WCAG 2.0 (Web Content Accessibility Guidelines)

The Web Content Accessibility Guidelines (WCAG) 2.0 are the internationally accepted standard for the accessibility of web content. WCAG 2.0 also serve as a bluebrint for many national regulations and directives.

Some countries reference WCAG 2.0 straight away, others have opted to develop their own regulations which are often based on WCAG 2.0, at times adding further requirements. For example, the German BITV 2.0 (Barrierefreie Informationstechnik-Verordnung) mainly follows WCAG 2.0 but mandates versions in simple language and sign language for the start pages of federal institutions.

WCAG principles, guidelines, and success criteria

The requirements of WCAG 2.0 are hierarchically ordered in 4 principles (perceivable, operable, understandable and robust), 12 guidelines, and 62 success criteria.

The three conformance levels of WCAG

WCAG requirements are layered in three different conformance levels. Level A includes basic success criteria, level AA adds further criteria that cover things like text scalability and contrast, and level AAA includes a number of additional often quite demanding success criteria, such as sign language versions.

  • Level A: These are the basic criteria that must be met by web content in any case, such as full keyboard operability, alternative text for graphics carrying information, captions for video with language, and the semantic mark-up of content. For example, form fields need a label, and visually distinct headings must also be marked up as headings for blind users.
  • Level AA: On this level, a number of important success criteria are added, such as the visibility of keyboard focus, good text contrast, and good scalability of content. Many success criteria on this level are particularly important for low vision users.
  • Level AAA. This level adds further success criteria, such as the provision of content versions in sign language, the use of easy-to-read text, full transcriptions of videos, and stronger contrasts and a single column view for text. WCAG do not recommend level AAA as a generally applicable conformance level, since for many types of content it is difficult to meet all of its success criteria (compare 'Understanding Conformance Requirements', Understanding Requirement 1, Note 2).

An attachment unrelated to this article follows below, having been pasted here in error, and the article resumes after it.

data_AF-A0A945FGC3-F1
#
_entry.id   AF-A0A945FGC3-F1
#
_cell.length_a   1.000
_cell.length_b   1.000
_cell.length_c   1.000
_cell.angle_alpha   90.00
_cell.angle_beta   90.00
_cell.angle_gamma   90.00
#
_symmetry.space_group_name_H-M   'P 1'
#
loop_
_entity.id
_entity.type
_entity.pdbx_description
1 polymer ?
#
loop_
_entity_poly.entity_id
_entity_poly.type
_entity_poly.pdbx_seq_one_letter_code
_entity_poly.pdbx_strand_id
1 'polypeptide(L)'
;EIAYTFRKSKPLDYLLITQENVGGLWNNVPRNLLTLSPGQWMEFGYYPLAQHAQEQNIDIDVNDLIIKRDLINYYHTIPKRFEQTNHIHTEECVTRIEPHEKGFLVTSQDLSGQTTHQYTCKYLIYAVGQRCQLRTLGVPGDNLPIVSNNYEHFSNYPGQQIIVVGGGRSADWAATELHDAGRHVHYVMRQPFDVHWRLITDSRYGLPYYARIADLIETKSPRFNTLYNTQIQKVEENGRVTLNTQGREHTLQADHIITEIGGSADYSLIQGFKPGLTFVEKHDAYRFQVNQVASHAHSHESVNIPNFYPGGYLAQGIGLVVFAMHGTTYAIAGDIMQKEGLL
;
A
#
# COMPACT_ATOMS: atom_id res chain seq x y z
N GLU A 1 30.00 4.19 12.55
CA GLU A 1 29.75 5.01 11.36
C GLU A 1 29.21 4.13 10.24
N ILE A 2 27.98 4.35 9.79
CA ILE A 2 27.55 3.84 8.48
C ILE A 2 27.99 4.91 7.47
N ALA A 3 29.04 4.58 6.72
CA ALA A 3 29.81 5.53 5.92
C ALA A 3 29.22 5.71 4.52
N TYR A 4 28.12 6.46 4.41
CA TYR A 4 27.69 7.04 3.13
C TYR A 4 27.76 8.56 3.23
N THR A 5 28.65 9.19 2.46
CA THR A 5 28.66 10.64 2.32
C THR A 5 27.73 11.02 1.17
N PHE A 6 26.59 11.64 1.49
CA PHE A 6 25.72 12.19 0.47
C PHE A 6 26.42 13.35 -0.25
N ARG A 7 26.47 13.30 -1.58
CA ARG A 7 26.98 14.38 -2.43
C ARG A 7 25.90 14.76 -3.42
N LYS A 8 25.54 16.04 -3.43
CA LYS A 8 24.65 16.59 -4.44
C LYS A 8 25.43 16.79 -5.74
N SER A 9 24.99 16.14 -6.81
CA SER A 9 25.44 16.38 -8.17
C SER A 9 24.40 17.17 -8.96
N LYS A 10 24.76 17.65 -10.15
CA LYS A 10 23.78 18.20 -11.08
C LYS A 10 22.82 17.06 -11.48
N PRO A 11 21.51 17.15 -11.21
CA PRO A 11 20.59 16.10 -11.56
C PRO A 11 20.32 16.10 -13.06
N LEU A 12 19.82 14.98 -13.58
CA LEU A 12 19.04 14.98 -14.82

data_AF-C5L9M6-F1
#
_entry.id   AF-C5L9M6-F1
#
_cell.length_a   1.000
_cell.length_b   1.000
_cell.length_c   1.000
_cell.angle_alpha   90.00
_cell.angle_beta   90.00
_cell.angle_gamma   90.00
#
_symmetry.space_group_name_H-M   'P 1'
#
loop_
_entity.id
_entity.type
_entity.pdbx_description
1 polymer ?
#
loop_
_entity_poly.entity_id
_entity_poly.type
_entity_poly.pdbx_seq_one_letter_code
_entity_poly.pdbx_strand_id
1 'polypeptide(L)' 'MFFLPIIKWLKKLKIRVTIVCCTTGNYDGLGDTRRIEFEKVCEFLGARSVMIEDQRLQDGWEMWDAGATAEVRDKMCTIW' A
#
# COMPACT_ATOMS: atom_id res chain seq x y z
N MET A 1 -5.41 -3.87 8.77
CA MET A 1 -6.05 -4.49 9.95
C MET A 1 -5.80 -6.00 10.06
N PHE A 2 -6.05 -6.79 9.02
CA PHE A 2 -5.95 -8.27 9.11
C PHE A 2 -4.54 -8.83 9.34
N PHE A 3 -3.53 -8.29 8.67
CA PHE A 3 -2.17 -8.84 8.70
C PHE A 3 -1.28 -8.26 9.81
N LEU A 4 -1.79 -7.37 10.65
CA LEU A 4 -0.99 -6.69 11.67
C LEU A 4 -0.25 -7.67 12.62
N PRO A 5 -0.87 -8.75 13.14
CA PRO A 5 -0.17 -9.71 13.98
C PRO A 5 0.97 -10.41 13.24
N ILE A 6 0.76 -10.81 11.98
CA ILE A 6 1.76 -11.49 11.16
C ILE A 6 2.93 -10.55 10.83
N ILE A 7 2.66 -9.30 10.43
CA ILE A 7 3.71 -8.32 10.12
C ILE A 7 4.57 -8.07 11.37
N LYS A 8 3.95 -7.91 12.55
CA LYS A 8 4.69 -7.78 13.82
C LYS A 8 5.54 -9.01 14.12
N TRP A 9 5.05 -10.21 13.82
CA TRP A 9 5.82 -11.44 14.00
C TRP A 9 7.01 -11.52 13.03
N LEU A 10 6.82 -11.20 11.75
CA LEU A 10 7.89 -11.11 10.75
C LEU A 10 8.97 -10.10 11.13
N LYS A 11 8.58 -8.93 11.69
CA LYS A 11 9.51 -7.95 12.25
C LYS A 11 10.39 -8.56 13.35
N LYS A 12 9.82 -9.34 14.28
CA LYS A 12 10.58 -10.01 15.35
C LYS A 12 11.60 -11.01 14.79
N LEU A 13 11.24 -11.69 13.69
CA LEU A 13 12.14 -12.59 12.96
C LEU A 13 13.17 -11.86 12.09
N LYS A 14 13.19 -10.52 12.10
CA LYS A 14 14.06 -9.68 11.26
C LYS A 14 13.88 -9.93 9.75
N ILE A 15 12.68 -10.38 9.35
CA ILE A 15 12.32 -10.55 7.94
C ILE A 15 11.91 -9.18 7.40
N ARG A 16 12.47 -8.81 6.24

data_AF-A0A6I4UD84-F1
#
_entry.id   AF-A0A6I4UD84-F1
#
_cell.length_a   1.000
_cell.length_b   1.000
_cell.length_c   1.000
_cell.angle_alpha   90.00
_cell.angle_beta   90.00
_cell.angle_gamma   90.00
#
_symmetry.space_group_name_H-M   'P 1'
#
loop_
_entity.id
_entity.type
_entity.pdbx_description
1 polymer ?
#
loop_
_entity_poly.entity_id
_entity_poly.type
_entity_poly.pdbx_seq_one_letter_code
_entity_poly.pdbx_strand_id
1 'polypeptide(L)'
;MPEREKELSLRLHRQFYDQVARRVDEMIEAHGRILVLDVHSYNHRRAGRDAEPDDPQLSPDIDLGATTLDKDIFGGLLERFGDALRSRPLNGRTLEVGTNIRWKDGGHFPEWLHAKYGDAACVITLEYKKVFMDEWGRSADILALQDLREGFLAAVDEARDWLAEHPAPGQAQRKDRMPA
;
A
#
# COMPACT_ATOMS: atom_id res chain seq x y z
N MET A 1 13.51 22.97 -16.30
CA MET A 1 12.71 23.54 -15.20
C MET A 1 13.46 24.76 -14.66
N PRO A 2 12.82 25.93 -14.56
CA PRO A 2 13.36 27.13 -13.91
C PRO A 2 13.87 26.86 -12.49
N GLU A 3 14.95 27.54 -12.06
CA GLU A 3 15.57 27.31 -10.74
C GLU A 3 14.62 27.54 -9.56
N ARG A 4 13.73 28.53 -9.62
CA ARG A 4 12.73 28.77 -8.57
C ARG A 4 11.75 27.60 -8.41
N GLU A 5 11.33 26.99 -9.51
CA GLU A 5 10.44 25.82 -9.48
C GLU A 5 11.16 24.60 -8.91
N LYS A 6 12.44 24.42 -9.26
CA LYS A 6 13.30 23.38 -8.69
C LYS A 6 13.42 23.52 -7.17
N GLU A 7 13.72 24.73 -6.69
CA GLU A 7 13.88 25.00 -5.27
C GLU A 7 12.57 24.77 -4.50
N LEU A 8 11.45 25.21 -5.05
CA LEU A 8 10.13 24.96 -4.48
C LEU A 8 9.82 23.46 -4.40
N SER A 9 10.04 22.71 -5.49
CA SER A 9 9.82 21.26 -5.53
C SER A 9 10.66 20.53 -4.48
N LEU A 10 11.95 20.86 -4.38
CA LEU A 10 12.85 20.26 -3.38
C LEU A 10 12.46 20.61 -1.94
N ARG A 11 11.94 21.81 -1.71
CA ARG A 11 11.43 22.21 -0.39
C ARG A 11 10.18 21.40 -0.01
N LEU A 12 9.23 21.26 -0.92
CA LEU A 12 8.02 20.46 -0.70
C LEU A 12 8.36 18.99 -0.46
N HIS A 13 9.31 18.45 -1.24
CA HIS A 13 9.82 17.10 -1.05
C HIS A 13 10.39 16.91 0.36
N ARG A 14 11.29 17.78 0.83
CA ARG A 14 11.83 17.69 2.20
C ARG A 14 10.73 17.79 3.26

WCAG techniques

In addition to the normative text of WCAG 2.0 there are a great number of informal WCAG techniques that demonstrate accessible implementations. Whether or not a particular WCAG technique has been implemented correctly should be determinable according to the tests that are present at the end of most techniques. In addition, a number of Common Failures have been documented.

The principle of conformance

WCAG 2.0 aims to afford a conformance test of web content.

The conformance of a page to one of the three conformance levels (A, AA, AAA) can be established by testing its web content against all success criteria on the selected level and levels below. This means that conformance on level AA means that a page meets all success criteria on level A and on level AA.

In each case, all five conformance requirements must be met in addition to meeting the success criteria. For example, conformance must be established for entire pages and complete processes (even if these span several pages).

Methods for testing against WCAG

Currenty the WCAG Evaluation Methodologies Task Force of W3C is developing a harmonised methodology that is intended to provide the basis for a conformance-oriented evaluation of web sites and applications based on WCAG 2.0. The Website Accessibility Conformance Evaluation Methodology (WCAG-EM) 1.0 currently exists as a  working draft.

WCAG also for non-web content?

The requirements for accessible web content that have been developed in WCAG can to a good part be transferred to other applications and types of content that are not web-based. However, there are alos differences: often applications do not follow a page model.

A task force of WCAG Working Group has produced a Working Group Note with recommendations as to the applicatino of WCAG to non-web content: Guidance on Applying WCAG 2.0 to Non-Web Information and Communications Technologies (WCAG2ICT).

This document has not yet been translated into German.